Writing CRUD should be really fast; that should bring no loss of flexibility; the work required should be close to proportional to the business complexity; expertize and competency should have a measurable impact on developer productivity all the way through.
Nowadays you can get one of those, and not more than one, some you can't get at all. This is the problem.
CRUD is supposed to be the simplest and most straight-forward kind of software one could write. All of the complexity should come from the requirements, and should be immediately visible from the outside.
Yet on practice those systems famously get very complex very quickly and all of that stops being true. Not to say about what pass around as modern practice, that makes software this way from the bare start.
That's a problem that has been bugging me for a long time. But if I try to do something about it, I actually don't know how to solve it. So I believe I'll gain something from cristalizing my understand of it first.
So, what is CRUD again?
Most software written around the world share this property that it's a data viewer/editor, and its value comes from having the data organized and accessible for all involved parties.
The name remains from a time when people created graphical interfaces where people would see a single database table and could create, read, update or delete its records. But software evolved, those interfaces got used less and less, and the name now is applied to all of a kind of software.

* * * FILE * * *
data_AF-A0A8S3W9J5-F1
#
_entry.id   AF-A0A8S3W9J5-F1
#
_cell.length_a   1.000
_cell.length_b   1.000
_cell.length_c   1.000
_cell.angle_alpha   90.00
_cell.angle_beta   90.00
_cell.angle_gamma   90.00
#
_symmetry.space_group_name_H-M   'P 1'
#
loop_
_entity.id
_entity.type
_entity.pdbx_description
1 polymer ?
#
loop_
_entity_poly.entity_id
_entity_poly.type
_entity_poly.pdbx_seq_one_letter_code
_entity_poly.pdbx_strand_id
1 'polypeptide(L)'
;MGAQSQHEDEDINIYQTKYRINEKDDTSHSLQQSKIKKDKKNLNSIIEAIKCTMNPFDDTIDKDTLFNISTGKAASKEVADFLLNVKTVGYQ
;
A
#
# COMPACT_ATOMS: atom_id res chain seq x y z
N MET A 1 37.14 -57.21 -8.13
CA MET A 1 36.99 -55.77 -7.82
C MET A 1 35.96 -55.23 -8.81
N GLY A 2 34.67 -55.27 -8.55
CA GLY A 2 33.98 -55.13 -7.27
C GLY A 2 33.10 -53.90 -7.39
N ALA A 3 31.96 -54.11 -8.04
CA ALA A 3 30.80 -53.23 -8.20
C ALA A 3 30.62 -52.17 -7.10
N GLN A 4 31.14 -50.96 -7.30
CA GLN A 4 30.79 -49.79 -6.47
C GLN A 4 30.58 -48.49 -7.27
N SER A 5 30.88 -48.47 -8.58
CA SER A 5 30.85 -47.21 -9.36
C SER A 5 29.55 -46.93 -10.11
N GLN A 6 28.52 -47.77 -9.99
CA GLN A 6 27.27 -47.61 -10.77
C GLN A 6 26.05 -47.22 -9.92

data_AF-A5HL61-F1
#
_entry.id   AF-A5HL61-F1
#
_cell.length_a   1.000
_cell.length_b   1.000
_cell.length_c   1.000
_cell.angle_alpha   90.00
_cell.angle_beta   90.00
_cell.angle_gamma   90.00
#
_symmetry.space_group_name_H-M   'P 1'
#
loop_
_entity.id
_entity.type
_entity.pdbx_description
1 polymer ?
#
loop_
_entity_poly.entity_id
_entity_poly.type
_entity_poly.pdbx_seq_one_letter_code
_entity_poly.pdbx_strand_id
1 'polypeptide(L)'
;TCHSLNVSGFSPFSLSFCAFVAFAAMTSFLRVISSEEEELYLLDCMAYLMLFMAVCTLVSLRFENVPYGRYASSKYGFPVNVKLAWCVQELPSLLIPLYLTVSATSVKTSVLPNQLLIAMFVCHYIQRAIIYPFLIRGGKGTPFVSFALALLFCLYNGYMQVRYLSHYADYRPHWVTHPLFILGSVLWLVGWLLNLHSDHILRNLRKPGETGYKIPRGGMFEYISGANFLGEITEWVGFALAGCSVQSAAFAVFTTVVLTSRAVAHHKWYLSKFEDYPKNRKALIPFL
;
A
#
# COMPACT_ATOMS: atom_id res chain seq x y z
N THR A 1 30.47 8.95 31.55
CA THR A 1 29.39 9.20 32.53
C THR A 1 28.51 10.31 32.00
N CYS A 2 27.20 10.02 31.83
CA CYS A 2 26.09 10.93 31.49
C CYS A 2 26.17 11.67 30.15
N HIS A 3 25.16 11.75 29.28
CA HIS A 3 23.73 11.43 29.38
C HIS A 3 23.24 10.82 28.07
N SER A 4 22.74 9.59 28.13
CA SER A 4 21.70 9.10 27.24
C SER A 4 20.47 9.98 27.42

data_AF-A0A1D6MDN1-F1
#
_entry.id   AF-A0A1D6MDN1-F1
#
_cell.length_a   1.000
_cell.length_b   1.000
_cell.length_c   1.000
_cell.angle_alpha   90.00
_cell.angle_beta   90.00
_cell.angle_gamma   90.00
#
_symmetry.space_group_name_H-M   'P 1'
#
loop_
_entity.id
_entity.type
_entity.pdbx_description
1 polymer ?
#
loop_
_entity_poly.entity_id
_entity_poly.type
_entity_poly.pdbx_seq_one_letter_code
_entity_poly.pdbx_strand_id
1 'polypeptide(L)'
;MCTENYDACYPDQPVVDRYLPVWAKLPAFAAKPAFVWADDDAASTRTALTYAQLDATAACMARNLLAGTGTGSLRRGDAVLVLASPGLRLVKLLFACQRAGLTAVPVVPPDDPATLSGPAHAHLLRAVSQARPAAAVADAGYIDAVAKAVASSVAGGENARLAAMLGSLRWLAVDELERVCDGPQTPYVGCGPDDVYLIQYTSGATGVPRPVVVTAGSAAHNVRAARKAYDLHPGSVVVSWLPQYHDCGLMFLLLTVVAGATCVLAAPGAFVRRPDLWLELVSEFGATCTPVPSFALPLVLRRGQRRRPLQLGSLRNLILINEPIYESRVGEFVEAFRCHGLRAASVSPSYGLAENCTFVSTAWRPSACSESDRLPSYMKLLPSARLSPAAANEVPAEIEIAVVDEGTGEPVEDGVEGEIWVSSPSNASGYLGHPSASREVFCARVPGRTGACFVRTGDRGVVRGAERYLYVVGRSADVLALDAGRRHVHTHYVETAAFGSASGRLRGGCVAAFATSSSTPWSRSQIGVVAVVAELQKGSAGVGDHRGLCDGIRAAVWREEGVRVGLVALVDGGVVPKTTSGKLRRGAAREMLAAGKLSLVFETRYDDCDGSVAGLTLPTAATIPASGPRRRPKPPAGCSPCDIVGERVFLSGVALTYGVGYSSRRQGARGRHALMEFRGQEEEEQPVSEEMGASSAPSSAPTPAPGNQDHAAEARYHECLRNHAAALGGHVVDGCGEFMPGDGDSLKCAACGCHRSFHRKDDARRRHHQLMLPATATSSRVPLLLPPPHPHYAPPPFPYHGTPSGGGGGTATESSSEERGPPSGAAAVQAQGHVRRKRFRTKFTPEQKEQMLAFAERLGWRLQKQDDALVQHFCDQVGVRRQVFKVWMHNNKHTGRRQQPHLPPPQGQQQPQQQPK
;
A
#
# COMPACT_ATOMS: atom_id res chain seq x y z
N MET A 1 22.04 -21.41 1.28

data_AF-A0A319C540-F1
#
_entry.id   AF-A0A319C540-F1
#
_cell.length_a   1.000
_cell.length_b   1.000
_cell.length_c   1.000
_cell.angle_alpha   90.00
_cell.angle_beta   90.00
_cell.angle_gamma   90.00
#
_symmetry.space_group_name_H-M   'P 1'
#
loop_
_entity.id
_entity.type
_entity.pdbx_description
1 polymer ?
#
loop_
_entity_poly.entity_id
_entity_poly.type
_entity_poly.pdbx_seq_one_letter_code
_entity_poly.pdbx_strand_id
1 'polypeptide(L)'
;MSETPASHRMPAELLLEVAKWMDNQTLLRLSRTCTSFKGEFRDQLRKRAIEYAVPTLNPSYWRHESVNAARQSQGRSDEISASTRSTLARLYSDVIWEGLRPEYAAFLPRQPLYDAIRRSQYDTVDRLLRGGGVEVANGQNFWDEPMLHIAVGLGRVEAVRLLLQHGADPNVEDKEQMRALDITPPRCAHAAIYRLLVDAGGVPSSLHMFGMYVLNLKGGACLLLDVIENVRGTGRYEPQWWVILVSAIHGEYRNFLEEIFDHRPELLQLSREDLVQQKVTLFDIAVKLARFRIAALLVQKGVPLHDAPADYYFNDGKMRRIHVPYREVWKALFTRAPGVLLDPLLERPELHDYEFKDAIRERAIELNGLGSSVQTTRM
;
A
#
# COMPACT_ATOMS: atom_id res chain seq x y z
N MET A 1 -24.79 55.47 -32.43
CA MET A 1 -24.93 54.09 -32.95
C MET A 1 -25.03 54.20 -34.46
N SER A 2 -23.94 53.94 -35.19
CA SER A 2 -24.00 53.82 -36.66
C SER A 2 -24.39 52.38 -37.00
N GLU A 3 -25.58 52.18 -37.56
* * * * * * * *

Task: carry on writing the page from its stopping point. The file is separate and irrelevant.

Anyway, decades ago people settled on a particular architecture, where a relational database management system holds the data, a web server intermediates it, and a browser presents the data to the users. Alternatively, the servers can talk to each other as if one of them is the user, and share data with each other.
Overall, that's a fine organization. It creates some issues, sure, while solving others, but neither are important enough to explain all of the CRUD problem by themselves.
Instead the complexity creeps in, bit by bit, from every kind of issue. It's not a simple problem, it doesn't have a simple solution, and will take a few posts to come through.